Feeds

40,000 BP workers exposed in Ernst & Young laptop loss

Sun, IBM and Cisco welcome BP to club

Top 5 reasons to deploy VMware with Tegile

Exclusive Like sands through the hourglass, these are The Days of Ernst & Young laptop loss. Yes, friends, The Register can confirm that BP has been added to the list of Ernst & Young customers whose personal data has been exposed after a laptop theft. BP joins Sun Microsystems, Cisco and IBM in this not so exclusive club.

Ernst & Young has sent out a letter to all 38,000 BP employees in the US, telling them that a laptop theft had exposed their names and social security numbers. To keep the BP staff's mind at ease, Ernst & Young said that the file name containing their info did not indicate what type of information was on the laptop, and the laptop was password protected. Phew!

Ernst & Young confirmed that this is the very same laptop that held data on the Sun, Cisco and IBM workers. All of these data losses were revealed by us in a set of exclusive stories. Ernst & Young also recently lost four more laptops in Miami, although it has not said which customers were affected in those incidents.

Oddly, the Ernst & Young saga has gone untouched by other media outlets. That's somewhat surprising given the vigor with which security reporters chased down our initial confirmation yesterday that a Fidelity Investments laptop loss had exposed the personal information of 200,000 HP employees.

Ernst & Young continues to maintain a code of silence around the laptop thefts, saying only that the BP/Sun/IBM/Cisco machine was password protected. This speak no evil policy has resulted in a string of stories as Ernst & Young customers are told one by one about the theft.

It's difficult to obtain an exact figure on how many people have been affected by Ernst & Young's security lapse given that it won't say anything on the subject. We do, however, know that the IBM data breach exposed all current and former employees who have worked overseas at some point in their career. So, we're likely talking well over 100,000 people in that one incident.

You have to wonder how long these thefts can continue before the financial services companies start explaining why key customer data was sitting on laptops and why workers felt it okay to leave these laptops in their cars or in conference rooms. The lack of action on their part will no doubt encourage legislators to step in at some point.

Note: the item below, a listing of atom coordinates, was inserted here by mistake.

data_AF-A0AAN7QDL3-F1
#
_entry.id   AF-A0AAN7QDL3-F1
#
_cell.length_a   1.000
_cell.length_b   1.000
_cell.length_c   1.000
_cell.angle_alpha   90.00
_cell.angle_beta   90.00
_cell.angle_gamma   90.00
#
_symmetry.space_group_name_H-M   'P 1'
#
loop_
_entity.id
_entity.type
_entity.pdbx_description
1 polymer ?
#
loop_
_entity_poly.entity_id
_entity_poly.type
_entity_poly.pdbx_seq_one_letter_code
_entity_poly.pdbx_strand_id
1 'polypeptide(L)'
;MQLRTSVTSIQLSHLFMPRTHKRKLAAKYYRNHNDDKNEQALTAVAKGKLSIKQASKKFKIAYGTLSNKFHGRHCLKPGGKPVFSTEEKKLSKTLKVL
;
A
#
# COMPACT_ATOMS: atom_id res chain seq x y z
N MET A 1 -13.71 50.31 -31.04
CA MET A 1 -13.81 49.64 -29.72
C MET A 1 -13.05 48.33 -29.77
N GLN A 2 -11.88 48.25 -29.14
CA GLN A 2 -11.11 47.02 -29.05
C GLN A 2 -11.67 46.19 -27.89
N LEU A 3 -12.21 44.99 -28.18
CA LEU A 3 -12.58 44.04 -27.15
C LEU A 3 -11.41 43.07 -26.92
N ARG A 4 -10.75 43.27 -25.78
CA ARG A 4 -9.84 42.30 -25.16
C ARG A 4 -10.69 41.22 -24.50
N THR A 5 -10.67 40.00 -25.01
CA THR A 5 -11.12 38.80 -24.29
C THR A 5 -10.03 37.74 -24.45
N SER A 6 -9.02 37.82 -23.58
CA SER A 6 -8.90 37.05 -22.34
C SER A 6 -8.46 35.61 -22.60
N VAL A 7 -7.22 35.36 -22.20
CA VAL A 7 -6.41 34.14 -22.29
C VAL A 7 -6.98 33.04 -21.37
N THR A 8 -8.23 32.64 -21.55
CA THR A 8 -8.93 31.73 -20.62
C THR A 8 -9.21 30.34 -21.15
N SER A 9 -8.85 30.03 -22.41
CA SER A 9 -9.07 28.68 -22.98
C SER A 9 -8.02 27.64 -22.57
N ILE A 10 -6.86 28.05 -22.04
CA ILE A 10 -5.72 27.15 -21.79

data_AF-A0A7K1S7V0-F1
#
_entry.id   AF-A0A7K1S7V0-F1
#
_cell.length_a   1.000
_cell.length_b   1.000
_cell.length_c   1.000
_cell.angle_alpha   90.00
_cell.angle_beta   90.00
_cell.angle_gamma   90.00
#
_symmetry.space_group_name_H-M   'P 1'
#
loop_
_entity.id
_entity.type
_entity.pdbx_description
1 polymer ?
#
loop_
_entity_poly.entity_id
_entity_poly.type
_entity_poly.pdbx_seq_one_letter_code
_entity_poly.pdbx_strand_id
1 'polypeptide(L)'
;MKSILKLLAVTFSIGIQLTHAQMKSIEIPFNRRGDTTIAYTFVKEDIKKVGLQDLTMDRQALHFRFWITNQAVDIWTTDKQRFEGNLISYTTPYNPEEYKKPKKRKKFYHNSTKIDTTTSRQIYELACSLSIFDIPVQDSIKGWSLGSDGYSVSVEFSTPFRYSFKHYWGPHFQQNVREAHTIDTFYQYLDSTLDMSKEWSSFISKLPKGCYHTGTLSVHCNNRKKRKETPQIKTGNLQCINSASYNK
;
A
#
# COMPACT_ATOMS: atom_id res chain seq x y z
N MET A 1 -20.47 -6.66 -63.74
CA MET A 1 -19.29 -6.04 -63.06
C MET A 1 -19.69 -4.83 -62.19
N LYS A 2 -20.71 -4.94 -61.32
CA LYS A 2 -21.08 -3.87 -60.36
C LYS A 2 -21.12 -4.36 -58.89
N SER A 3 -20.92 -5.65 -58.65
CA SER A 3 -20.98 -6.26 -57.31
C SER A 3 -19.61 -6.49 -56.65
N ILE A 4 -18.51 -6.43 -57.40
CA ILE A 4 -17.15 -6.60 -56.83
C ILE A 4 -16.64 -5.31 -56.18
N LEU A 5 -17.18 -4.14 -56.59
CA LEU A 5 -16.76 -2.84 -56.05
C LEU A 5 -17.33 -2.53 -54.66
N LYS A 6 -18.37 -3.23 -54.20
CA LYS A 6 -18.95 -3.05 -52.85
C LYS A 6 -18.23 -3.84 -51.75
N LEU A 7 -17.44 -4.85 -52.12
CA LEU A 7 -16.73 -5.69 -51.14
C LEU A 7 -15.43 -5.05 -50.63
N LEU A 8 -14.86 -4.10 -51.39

Keep your letters coming. ®

Top 5 reasons to deploy VMware with Tegile

More from The Register

next story
Regin: The super-spyware the security industry has been silent about
NSA fingered as likely source of complex malware family
Why did it take antivirus giants YEARS to drill into super-scary Regin? Symantec responds...
FYI this isn't just going to target Windows, Linux and OS X fans
Privacy bods offer GOV SPY VICTIMS a FREE SPYWARE SNIFFER
Looks for gov malware that evades most antivirus
Patch NOW! Microsoft slings emergency bug fix at Windows admins
Vulnerability promotes lusers to domain overlords ... oops
HACKERS can DELETE SURVEILLANCE DVRS remotely – report
Hikvision devices wide open to hacking, claim securobods
'Regin': The 'New Stuxnet' spook-grade SOFTWARE WEAPON described
'A degree of technical competence rarely seen'
Home Office: Fancy flogging us some SECRET SPY GEAR?
If you do, tell NOBODY what it's for or how it works
Astro-boffins start opening universe simulation data
Got a supercomputer? Want to simulate a universe? Here you go
prev story

Whitepapers

10 ways wire data helps conquer IT complexity
IT teams can automatically detect problems across the IT environment, spot data theft, select unique pieces of transaction payloads to send to a data source, and more.
A strategic approach to identity relationship management
ForgeRock commissioned Forrester to evaluate companies’ IAM practices and requirements when it comes to customer-facing scenarios versus employee-facing ones.
10 threats to successful enterprise endpoint backup
10 threats to a successful backup including issues with BYOD, slow backups and ineffective security.
High Performance for All
While HPC is not new, it has traditionally been seen as a specialist area – is it now geared up to meet more mainstream requirements?
Website security in corporate America
Find out how you rank among other IT managers testing your website's vulnerabilities.